In director Ava DuVernay’s gripping Netflix miniseries, “When They See Us,” the injustices are piled as high as Trump Tower.
The four-episode retelling of the real-life stories of the wrongly convicted Central Park Five is a cautionary tale about race and stereotypes and fevered rushes to judgment by police, prosecutors, the public and the media.
But it’s also a story about the painful aftermath of imprisonment. As if their coerced confessions and conviction for the brutal beating and rape of a jogger in 1989 aren’t enough, there is the virtual imprisonment that haunts four of the teenagers even after they finished their sentences in juvenile detention. (The fifth, Korey Wise, was sentenced as an adult because he was 16 years old when convicted, and was still serving his prison term.)
There is the stigma. The disorientation of rejoining a fast-changing world that has moved on without you. And the difficult search for a job with the added burden of a criminal record. In this case, a notorious record that has made you a celebrity. And a pariah. Each of them, in one way or another, is considered damaged goods. A marked man. A “super-predator.” The system seems cold and unforgiving by design, and the young men (who at the time had not yet been exonerated by a confession from actual rapist, Matias Reyes) appear consigned to destinies of failure.
It is the ex-offender’s dilemma writ large and extreme — only in this case, the “ex-offenders” hadn’t committed a crime.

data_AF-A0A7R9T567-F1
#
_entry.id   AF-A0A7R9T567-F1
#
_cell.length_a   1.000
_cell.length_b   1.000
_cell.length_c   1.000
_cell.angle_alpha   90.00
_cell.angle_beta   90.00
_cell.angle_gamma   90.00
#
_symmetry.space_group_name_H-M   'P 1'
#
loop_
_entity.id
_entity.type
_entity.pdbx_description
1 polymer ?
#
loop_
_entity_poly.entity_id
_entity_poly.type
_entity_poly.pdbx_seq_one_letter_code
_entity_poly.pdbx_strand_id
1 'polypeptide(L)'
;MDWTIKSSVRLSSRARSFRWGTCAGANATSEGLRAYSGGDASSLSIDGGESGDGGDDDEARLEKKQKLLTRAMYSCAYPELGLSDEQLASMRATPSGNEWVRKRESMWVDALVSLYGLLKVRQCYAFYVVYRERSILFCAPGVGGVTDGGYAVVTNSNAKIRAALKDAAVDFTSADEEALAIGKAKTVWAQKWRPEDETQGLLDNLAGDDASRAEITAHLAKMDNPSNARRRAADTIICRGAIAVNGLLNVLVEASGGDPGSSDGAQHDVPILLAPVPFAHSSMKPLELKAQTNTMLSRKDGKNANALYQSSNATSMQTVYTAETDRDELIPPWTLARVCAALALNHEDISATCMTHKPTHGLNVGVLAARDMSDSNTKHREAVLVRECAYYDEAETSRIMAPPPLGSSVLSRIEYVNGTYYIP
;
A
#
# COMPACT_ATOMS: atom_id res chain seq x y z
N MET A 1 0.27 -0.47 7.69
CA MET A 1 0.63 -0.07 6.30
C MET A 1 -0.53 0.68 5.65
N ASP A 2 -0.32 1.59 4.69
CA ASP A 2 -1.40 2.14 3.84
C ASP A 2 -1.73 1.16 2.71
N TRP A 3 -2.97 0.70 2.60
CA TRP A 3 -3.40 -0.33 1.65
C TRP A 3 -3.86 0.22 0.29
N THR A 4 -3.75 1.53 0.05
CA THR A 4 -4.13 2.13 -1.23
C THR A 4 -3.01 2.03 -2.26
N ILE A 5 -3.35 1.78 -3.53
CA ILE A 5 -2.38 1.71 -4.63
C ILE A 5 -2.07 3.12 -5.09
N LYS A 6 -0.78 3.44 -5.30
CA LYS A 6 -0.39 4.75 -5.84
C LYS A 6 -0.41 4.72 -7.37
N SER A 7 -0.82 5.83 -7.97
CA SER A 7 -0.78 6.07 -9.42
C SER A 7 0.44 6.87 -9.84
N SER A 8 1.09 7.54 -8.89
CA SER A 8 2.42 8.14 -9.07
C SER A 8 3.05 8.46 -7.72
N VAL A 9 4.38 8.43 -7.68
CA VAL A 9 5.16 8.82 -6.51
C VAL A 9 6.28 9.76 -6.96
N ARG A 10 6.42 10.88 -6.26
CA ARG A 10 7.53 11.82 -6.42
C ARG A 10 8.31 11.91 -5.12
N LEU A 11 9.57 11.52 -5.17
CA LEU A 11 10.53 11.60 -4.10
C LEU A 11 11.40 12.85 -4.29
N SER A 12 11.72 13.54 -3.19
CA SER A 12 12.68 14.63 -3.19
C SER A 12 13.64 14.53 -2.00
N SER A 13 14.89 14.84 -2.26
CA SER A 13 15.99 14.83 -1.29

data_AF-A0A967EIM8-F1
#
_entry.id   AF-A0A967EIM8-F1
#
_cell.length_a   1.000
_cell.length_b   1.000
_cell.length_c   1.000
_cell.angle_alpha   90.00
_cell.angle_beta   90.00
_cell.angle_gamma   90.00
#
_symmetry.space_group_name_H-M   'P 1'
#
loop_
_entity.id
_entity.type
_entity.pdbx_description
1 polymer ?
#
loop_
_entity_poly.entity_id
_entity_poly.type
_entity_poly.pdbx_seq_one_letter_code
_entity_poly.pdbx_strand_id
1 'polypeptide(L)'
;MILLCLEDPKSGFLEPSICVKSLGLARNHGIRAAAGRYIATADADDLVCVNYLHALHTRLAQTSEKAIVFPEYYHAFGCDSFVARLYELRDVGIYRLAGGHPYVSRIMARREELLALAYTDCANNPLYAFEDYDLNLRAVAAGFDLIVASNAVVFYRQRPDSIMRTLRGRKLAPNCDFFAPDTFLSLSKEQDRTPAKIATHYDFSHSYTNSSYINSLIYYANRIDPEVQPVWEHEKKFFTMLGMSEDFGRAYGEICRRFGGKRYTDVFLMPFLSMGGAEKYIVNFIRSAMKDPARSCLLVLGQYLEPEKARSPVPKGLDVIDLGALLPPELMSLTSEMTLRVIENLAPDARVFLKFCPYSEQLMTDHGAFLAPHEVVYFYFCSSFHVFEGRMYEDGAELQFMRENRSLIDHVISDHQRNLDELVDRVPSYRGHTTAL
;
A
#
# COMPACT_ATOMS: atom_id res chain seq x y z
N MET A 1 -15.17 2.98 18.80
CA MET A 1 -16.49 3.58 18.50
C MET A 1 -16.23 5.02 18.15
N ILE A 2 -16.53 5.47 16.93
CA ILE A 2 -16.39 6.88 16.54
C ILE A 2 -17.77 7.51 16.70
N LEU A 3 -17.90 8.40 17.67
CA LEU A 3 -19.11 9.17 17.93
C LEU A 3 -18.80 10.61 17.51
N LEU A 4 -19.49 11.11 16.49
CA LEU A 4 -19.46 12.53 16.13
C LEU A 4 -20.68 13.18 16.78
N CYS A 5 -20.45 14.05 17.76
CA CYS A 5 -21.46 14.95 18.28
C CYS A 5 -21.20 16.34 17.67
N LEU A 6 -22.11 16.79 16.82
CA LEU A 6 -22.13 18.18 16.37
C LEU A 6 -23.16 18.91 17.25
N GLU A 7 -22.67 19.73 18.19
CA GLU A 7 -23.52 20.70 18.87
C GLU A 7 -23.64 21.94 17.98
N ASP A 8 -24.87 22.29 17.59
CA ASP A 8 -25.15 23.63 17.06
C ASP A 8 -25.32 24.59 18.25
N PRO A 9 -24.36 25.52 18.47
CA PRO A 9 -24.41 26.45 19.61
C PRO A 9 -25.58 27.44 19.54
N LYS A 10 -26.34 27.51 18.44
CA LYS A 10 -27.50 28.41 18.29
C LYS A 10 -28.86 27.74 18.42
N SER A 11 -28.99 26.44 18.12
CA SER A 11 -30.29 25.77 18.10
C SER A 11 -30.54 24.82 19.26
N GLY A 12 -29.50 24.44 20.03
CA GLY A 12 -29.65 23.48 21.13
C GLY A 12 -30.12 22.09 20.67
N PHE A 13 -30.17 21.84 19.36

We say they’ve paid their debt. We say we want them to have chances to live lawful and productive lives. But in practice we make that nearly impossible.
This is why we welcome and heartily support Congressman Mark Walker’s proposed Prison to Prosperity Act. The Greensboro Republican’s bill would increase access to apprenticeships for ex-offenders and others. It builds on the bipartisan criminal justice reform legislation passed earlier this year by Congress and signed by President Trump, in a brief, if now distant, flourish of sanity and reasonableness in Washington. (Ironically, Trump took out full-page newspaper ads in 1989 calling for the Central Park Five to be executed.)
In an endorsement of the Prison to Prosperity Act, the NC Justice Center noted some of the obstacles faced in the job market by people who have been incarcerated, especially people of color. The Justice Center points out that a job applicant with a criminal record is half as likely to receive a call back for a job opening and that a criminal record affects African American applicants twice as much as others. Small wonder that 60% of the roughly 650,000 inmates annually released from U.S. prisons remain jobless a year later.
The Prison to Prosperity Act is an attempt to reverse those numbers by using apprenticeships to provide job training that can lead to permanent employment. The bill would direct the secretaries of defense, labor and education, as well as the attorney general to collaborate on ways to promote apprenticeships “for inmates, the formerly incarcerated, high school students, those not in an educational institution, members of the Armed Forces, and veterans,” a release from Walker’s office said.
The apprenticeship model is durable, if underused in the U.S. The text of the bill notes that 91% of apprentices are hired for full-time positions after completing their training at an average salary of $60,000. Certainly, North Carolina could use the help. According to Justice Center, 1.6 million North Carolinians have criminal records. The state’s three-year recidivism rate is 40%.
We wouldn’t expect that most of the Prison to Prosperity jobs would pay $60,000, but the concept of teaching people to take jobs that may go unfilled for lack of experienced applicants deepens and improves the labor pool even as it empowers ex-offenders to build new lives. Rather than to have to resort to old ways that can lead them back to prison because that’s all they know. And all there is.